“What was Alleghany supposed to do? Sell the company without representation?” Frischer asks. Alleghany could be sued by shareholders if it didn’t get an investment banker.
Alleghany also appears to have sold the company without soliciting other bids, which is unusual and dubious corporate governance.
Reflecting this, there is a 25-day “go-shop” period when Alleghany can solicit other offers and if it gets a better one, the company won’t owe Berkshire any breakup fee.
But it’s much harder to find a buyer in 25 days after a deal has been reached than to solicit bidders during a formal sales process. Go-shops normally don’t result in a topping bid. Buffett refuses to participate in corporate auctions and might not have made an offer for Alleghany if the company had held an auction.
“I think the world of Warren, but a 25-day go-shop period is barely enough time to put together a credible superior bid,” Frischer says. “Alleghany was public for 80 years, and it comes down to 25 days to find a higher bid.”
The deal with Berkshire appears to have come together quickly, given that Alleghany executives, including CEO Brandon, were buying stock in the open market earlier this month and presumably wouldn’t have done so knowing of a Berkshire bid.
Buffett is also embarrassing Goldman (GS) by effectively saying that its banking services are worthless. Frischer says this could motivate Goldman to redouble its efforts to find a higher offer for Alleghany. In addition to Markel, potential buyers could include
W.R. Berkley (WRB) and
Goldman declined to comment.
Chubb is an intriguing possibility because it has the size—a market value of about $90 billion—and a formidable CEO in Evan Greenberg who probably wouldn’t shrink from taking on Buffett.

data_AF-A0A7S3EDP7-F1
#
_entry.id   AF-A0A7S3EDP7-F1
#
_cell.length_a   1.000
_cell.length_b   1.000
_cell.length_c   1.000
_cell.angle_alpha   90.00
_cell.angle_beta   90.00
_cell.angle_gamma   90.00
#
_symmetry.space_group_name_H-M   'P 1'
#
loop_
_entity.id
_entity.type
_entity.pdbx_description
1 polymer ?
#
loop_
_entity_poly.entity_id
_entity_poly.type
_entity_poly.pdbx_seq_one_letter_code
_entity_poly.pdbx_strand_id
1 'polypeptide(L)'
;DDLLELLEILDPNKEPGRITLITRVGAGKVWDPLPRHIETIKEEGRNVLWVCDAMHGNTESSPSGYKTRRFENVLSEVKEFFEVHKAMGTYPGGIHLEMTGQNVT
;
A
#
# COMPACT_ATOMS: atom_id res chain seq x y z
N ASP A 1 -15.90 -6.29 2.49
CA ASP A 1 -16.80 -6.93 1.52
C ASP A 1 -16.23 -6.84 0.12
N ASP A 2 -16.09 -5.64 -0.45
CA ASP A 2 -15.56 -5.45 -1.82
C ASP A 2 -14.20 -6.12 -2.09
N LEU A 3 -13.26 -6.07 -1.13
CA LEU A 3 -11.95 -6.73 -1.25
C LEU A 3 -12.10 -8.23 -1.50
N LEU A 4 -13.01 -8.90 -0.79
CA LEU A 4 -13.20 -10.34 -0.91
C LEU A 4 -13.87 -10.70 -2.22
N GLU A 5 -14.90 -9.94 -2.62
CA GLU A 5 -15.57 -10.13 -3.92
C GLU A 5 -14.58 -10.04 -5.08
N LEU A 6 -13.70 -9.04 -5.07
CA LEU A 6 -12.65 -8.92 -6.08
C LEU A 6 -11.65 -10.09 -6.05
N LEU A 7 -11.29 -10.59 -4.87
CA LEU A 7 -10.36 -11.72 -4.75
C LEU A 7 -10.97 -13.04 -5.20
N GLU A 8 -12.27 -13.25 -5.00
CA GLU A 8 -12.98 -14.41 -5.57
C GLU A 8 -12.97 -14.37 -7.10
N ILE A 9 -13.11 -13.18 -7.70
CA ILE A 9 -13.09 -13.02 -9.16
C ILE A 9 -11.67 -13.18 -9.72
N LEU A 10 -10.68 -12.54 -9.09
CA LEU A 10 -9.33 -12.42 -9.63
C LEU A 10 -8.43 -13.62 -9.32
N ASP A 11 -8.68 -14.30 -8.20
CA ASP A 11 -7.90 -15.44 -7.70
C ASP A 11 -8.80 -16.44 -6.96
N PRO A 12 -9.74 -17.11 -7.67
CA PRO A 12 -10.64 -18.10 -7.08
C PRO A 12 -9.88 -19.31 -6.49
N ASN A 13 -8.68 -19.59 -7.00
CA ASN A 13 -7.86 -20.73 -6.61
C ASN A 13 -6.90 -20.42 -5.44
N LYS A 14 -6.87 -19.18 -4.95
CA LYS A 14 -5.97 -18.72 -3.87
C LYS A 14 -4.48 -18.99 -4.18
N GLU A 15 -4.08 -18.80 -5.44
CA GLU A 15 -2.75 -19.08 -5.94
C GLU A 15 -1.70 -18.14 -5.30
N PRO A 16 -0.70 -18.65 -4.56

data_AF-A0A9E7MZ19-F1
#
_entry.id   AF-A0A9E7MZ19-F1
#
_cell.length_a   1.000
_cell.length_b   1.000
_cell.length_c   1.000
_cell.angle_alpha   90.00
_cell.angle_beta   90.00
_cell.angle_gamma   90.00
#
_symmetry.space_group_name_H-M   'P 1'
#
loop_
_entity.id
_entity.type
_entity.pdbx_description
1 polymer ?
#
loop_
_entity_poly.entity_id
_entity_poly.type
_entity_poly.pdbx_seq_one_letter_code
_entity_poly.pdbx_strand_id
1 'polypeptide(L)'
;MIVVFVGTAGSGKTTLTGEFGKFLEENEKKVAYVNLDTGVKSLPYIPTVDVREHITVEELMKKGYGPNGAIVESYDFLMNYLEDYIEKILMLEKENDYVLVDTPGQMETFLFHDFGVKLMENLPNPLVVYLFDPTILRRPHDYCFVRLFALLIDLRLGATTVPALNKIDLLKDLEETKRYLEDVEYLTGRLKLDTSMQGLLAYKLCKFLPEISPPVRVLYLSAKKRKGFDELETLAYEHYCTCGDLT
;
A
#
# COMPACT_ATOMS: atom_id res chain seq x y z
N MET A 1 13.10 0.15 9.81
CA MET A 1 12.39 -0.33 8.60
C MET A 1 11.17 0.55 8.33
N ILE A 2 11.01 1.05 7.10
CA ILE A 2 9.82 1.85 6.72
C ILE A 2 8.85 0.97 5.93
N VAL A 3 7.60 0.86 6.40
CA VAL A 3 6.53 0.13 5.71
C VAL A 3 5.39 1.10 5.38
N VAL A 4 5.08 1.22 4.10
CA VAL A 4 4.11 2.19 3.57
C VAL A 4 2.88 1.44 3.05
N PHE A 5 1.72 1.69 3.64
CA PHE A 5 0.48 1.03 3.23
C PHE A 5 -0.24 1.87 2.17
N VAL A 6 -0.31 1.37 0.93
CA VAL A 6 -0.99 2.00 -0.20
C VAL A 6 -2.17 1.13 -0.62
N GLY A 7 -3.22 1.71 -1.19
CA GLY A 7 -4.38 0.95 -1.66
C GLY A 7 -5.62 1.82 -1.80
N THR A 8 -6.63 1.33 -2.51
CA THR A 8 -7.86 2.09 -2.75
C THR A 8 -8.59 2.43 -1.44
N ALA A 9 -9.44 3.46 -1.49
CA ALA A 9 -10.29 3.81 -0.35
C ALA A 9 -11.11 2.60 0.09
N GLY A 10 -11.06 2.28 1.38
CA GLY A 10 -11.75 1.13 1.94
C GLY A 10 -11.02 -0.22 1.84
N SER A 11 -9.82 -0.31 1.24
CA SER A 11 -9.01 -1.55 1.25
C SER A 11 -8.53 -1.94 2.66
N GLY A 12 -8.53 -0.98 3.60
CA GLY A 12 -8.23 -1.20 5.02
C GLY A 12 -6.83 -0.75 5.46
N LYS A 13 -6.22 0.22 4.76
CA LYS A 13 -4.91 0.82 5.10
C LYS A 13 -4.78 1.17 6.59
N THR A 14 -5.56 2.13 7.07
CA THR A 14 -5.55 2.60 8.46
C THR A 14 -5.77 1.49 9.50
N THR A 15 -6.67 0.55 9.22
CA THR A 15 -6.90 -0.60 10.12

Greenberg is the son of another formidable figure, Maurice “Hank” Greenberg, the former CEO of
American International Group. Hank Greenberg was the leading insurance executive in the world in his day and a rival of Buffett.
Evan Greenberg is acquisitive. As CEO of Ace, he engineered the $28 billion purchase of venerable Chubb in 2016 that created one of the world’s biggest insurers.
Alleghany has benefited from better conditions in the property and casualty insurance market and is expected to earn about $75 a share this year and $80 a share in 2023. Its book value could approach $725 a share at year end and $800 by the end of 2023 if were an independent company.
Berkshire is paying just 11 times projected 2022 earnings for Alleghany and only a small premium above potential year-end book value.
It’s telling that Berkshire holders think Buffett is getting a great deal, as Berkshire class A shares rose 2.3% Monday to $525,000 after hitting a record high in the session. Berkshire’s market value rose by more than what it is paying for Alleghany as investors like that Buffett is putting Berkshire’s $144 billion of cash to work in an attractive deal.
Alleghany’s book value may suffer a temporary hit this quarter due to the impact of higher rates on its bond portfolio, but that is being offset by higher yields on new investments.
“Berkshire is paying a peanuts premium, and Alleghany is treating this like a Champagne deal,” Frischer says.
Write to Andrew Bary at [email protected]